3) What punishment is meted out to those who knew of alleged wrongdoing and remained silent?
4) How many staff members have ‘whistleblown’ in your organisation?
Which department were they in?
How many are still employed there?
What were the outcomes of the attempt to ‘whistleblow’?
5) Despite pieces of legislation and professional guidance such as these nearly 90% of severance packages between NHS Trusts and departing doctors contain confidentiality clauses.The charity Public Concern at Work states that the law protects whistleblowers even if they have signed confidentiality arrangements.
a) How many confidentiality arrangements have been reached with former staff members?
b) What was the value of each agreement?
c) Does the 1998 Public Interest Disclosure Act make it illegal for NHS Trusts and other public bodies to include confidentiality clauses preventing the disclosure of information that is in the public interest? If not do they still have a duty to inform their professional body or indeed anyone else? Does this extend to any ‘act or omission’ (a term used in the Human Rights Act ) on the part of your organisation?
Paul Gaffney LLB BA
Paul GaffneyLLB BA
Dear Mr Gaffney
Thank you for your request under the Freedom of Information Act. You
should know that Sussex Community Trust has existed only since October
2010. We are a Community Trust, mainly running outpatient facilities. We
do not run any hospitals. We were formed from a merger between South
Downs Health NHS Trust and part of West Sussex PCT. We are in the process
of combining all our policies, and the Whistleblowing policy is one of
those still under review. The one you can find on our website is entitled
Raising Concerns (Whistleblowing) Policy, and is the South Downs Health
version. However, it should answer some of your questions. I have
Several of the questions you ask appear to be very general, applying to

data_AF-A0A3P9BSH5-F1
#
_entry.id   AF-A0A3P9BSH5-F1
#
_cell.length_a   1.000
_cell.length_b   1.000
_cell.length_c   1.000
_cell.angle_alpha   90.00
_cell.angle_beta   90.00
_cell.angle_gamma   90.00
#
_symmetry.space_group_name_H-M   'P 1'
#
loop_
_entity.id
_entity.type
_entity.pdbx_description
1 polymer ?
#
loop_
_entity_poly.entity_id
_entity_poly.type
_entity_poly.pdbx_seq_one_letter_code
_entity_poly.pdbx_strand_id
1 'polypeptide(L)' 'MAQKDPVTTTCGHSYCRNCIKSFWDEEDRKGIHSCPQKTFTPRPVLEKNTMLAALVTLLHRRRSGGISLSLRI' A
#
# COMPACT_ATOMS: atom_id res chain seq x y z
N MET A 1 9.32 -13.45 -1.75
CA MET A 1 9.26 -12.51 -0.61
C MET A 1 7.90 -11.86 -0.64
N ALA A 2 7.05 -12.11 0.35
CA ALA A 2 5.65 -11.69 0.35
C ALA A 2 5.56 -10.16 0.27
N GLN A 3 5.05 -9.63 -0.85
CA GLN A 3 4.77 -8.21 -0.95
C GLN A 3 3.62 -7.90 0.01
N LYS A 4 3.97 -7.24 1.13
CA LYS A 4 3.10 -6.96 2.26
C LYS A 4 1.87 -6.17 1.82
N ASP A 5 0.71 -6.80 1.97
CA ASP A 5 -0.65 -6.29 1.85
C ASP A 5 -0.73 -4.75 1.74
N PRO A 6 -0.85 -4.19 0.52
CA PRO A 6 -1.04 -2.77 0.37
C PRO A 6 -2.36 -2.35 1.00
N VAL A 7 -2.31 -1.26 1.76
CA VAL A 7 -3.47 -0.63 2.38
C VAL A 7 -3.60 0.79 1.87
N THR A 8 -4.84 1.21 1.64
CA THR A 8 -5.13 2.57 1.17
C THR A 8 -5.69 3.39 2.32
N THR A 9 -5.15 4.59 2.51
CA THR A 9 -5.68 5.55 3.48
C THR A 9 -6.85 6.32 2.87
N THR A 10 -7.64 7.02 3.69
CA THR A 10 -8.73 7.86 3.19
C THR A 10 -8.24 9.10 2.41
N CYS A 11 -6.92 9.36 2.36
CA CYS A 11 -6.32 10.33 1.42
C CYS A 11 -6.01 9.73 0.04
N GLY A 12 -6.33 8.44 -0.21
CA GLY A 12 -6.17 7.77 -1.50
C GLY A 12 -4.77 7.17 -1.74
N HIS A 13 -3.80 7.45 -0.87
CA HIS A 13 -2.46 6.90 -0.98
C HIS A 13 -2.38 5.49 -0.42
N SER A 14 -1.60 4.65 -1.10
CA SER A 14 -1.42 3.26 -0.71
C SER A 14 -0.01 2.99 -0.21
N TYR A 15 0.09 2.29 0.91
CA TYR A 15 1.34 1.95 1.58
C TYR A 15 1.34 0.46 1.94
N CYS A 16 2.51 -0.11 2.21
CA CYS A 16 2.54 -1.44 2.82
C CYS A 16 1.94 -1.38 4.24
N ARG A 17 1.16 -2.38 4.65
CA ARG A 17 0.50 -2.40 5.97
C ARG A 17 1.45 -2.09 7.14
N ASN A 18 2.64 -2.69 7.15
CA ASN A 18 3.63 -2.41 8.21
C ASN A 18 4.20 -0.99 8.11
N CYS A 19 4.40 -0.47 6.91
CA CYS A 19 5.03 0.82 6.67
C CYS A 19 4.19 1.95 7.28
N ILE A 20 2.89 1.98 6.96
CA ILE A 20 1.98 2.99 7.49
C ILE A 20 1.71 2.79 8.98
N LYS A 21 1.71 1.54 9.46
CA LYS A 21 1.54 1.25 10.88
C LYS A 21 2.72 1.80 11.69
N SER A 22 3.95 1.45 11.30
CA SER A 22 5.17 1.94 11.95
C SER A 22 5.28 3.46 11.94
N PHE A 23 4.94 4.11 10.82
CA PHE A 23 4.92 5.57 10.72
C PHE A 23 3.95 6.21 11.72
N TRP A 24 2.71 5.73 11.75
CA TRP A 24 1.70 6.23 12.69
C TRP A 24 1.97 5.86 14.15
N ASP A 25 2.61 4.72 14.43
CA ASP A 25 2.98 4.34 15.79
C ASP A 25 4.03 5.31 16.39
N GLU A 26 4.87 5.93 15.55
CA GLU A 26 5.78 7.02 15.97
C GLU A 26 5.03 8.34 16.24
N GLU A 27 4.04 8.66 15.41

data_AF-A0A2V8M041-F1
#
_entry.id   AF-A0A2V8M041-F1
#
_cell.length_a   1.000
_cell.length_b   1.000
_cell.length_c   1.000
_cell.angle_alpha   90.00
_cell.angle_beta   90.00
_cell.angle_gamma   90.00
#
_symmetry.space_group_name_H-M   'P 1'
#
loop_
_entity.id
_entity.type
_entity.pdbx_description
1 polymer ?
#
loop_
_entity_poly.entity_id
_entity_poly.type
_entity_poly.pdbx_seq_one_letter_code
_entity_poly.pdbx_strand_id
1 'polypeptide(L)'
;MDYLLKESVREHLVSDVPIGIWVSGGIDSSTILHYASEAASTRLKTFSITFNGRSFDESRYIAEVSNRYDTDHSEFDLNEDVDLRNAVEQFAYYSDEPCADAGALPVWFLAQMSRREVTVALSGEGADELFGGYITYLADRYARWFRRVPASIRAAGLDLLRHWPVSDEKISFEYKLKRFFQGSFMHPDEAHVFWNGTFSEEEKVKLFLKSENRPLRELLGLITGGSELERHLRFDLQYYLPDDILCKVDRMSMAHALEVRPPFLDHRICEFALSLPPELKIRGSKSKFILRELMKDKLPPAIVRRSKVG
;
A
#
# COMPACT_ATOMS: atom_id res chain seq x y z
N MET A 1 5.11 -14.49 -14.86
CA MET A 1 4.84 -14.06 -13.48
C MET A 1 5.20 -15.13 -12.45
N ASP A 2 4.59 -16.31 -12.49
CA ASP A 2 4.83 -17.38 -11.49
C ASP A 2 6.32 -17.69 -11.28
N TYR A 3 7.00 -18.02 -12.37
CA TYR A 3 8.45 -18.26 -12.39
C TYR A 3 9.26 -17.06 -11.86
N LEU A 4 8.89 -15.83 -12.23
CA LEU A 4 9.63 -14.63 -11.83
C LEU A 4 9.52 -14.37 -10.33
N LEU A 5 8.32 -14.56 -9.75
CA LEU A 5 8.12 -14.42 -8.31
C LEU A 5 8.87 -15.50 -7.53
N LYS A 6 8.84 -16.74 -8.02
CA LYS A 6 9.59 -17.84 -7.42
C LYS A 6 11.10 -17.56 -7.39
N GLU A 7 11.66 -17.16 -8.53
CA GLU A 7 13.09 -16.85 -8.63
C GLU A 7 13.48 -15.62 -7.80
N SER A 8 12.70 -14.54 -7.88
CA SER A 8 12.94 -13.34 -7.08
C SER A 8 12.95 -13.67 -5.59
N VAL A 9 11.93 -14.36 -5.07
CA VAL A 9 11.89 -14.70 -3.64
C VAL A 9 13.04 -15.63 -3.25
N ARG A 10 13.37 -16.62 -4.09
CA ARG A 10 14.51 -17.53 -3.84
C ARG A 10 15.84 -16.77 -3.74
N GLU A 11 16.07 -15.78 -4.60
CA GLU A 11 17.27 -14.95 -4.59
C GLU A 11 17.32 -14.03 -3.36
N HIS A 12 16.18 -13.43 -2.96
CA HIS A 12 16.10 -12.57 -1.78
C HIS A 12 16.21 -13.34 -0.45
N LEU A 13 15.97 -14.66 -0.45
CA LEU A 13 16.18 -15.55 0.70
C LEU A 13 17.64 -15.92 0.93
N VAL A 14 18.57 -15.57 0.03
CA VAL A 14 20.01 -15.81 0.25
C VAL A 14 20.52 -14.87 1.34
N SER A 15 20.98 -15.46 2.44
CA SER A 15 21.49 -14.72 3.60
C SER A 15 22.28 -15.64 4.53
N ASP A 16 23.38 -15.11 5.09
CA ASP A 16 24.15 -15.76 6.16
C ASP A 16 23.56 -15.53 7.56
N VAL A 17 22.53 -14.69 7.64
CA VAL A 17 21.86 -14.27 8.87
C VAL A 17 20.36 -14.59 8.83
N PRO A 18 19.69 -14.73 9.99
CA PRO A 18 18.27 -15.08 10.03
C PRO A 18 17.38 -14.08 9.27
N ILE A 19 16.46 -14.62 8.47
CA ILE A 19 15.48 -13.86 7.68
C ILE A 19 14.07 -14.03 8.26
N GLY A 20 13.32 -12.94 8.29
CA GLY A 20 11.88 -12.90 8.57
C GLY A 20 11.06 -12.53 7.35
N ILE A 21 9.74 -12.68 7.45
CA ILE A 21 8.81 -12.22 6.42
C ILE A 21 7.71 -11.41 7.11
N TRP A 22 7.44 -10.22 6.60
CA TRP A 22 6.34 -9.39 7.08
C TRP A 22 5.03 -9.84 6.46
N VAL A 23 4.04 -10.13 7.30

the NHS as a whole, or about the interpretation by the NHS of various
guidelines or pieces of legislation. I am unable to answer these, as I
cannot speak for the NHS. I can only attempt to find answers to questions
about Sussex Community Trust. I suggest you search on the Department of
Referring to one of your questions, we are not in the habit of "meting out
punishment" to our staff, as you phrase it. If you read our policy, you
will find that the Trust is committed to promoting a climate of openness
and dialogue in which staff feel free to raise concerns in a reasonable
and responsible way, without fear of victimisation. The raising of
concerns is an important aspect of good governance and will protect the
interests of patients, staff and the organisation.
Our Human Resources Department can find only one case of whistleblowing,
where a community nurse raised concerns about the conduct of a colleague.
The nurse is still working for us, and the person that was complained
about underwent additional training, and is also still working for us.
We are not aware of any confidentiality agreements that have been reached
with former staff members regarding whistleblowing.
If you are dissatisfied with the outcome of your enquiry, you have the
right to appeal.
If you dissatisfied with the outcome of your enquiry, you can write to:
The Information Commissioner
Wycliffe House, Water Lane, Wilmslow, Cheshire SK9 5AF
Telephone: 01625 545700.
Acting Information Governance Lead
Sussex Community NHS Trust